Another one behind the wall

Another one behind the wall

Rupert Murdoch knows something that very few other people seem to do: How to make money by charging people for online news content.

Either that, or he is sticking to his guns when it comes to not giving away news for free. Even if it costs him money.

Thursday Murdoch’s News Of The World(NOTW) announced that it would be the third News Corp. title to start charging for access to online content.

NOTW’s paywall will go up next month. Users will then be asked to pay £1 for a daily pass, and £1.99 for four weeks’ worth of access. (No doubt the recent cricket spot-fixing scandal, first exposed by NOTW, will help in attracting readers.)

There is no dispute that Murdoch’s previous attempts at paywalling, in July, led to precipitous drops in Internet traffic for The Times and Sunday Times websites. While the company hasn’t publicized figures, most online traffic comparison services indicate a nosedive.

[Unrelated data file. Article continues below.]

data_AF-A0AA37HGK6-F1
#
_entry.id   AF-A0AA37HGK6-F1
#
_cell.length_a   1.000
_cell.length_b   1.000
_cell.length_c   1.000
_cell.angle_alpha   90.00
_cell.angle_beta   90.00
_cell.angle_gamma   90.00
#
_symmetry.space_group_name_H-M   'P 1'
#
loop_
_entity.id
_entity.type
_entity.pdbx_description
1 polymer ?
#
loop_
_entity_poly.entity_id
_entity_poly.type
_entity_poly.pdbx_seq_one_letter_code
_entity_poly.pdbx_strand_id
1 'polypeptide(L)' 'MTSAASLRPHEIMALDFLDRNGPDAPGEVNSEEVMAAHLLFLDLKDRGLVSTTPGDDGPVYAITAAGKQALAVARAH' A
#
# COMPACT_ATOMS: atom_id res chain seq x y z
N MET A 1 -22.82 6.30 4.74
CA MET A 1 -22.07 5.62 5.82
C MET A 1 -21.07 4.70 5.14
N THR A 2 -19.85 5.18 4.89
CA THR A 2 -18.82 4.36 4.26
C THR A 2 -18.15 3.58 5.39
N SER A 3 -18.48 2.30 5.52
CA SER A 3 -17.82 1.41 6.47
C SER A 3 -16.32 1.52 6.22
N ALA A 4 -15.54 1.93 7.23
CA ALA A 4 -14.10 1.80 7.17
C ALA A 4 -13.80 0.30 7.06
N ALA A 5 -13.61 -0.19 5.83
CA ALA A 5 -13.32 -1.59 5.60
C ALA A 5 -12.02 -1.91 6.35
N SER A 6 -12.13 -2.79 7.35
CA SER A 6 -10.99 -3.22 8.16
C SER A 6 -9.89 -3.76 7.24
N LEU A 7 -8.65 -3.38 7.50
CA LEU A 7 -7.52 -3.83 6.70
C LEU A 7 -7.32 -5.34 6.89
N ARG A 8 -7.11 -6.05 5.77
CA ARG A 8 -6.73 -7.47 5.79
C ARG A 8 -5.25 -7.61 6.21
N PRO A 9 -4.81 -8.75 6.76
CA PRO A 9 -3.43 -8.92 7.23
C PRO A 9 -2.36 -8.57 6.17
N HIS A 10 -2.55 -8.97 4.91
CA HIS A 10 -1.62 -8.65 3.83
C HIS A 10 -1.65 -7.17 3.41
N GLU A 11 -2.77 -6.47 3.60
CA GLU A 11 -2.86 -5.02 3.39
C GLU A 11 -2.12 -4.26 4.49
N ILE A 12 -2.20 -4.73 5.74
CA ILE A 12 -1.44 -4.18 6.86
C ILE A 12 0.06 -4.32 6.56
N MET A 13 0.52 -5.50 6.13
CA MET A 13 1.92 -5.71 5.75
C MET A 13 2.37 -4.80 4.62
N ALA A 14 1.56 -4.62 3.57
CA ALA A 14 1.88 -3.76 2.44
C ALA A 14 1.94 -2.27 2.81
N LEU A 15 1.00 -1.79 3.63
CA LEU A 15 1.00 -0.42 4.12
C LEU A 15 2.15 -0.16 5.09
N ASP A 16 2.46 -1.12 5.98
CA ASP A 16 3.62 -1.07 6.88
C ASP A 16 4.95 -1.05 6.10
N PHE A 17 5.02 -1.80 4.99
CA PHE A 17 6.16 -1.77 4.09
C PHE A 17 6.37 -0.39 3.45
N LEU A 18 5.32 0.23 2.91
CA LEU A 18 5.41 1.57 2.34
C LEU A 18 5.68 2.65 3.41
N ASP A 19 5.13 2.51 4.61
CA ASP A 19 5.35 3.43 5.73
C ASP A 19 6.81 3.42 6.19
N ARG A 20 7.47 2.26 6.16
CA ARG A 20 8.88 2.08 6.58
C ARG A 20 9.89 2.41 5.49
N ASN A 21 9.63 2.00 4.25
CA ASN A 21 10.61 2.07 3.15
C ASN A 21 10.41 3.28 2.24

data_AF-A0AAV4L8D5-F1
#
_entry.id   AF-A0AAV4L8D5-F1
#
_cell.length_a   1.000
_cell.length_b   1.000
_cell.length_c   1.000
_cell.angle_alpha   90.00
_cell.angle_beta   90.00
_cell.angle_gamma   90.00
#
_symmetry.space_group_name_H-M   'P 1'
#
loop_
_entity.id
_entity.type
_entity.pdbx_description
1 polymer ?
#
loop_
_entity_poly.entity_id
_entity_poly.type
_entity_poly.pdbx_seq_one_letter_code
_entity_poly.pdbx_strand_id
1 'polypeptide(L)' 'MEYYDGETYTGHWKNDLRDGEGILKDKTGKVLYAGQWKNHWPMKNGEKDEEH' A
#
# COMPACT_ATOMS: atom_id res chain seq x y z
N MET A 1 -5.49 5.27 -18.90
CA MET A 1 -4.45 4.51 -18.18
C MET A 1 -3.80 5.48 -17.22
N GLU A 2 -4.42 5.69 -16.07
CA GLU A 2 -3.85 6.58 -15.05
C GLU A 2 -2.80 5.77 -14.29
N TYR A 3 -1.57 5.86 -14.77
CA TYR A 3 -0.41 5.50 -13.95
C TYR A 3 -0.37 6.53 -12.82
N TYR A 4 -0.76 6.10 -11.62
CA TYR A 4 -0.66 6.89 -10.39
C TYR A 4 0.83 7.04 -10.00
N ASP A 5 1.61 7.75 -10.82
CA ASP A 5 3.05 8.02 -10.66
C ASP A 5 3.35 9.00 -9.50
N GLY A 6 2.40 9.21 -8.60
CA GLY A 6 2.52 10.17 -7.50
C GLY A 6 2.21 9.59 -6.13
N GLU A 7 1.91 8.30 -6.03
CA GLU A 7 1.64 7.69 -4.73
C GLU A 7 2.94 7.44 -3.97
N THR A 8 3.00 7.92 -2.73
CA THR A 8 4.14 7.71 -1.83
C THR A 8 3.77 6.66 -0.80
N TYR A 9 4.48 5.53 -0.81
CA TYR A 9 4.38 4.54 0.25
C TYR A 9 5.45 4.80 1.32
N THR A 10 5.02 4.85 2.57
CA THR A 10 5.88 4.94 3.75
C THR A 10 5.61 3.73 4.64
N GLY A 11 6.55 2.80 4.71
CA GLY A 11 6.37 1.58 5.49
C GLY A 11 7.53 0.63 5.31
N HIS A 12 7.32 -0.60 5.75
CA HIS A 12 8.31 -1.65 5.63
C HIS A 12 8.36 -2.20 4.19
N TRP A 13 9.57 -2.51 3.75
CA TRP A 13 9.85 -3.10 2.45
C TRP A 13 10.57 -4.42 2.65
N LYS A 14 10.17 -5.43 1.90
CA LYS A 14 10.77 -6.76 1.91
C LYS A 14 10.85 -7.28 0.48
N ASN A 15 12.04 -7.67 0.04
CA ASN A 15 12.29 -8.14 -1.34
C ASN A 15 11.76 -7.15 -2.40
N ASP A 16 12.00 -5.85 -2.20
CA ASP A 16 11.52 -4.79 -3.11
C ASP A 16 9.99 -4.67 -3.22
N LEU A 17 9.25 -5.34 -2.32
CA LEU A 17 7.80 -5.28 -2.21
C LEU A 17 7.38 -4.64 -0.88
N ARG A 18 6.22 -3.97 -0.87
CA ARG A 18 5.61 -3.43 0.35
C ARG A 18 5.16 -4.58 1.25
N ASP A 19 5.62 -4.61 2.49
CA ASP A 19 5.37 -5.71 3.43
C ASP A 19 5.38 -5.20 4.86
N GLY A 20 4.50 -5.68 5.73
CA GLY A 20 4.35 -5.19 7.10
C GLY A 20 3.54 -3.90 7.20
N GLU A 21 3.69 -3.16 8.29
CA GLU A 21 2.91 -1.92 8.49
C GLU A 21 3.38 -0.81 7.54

Unofficial reports in July indicated that the two sites had managed to convince only around 30,000 users, on both Web and iPad, to pay for access—a fraction of the 750,000 free users the sites once had.

Also, with so much news being linked and shared through social networks, these paywalls have ensured that Times stories rarely appear in discussions or conversations on Twitter or Facebook. For all practical purposes, it is as if these sites have fallen off the face of the Web.

Yet, instead of making Murdoch hesitate, he is now walling up yet another site. A shrewd businessman? Or a defiant strategist with cash?

Murdoch’s persistence poses a difficult choice for media houses. Putting up a paywall is much more complicated than just adding a payment gateway and a login page.

First, sites and apps need to be upgraded to be alluring enough for the picky paying consumer. This needs investment. (NOTW has already announced upgrades and redesigns.) Second, most existing online advertising revenue will vanish with the traffic. There is also the issue of convincing journalists to write for a small, private audience while their free-to-Web colleagues are more widely read and celebrated.

It might seem easier to just let the status quo be. But that leads to a scarier prospect. Who dares bet against Rupert Murdoch’s wiles?

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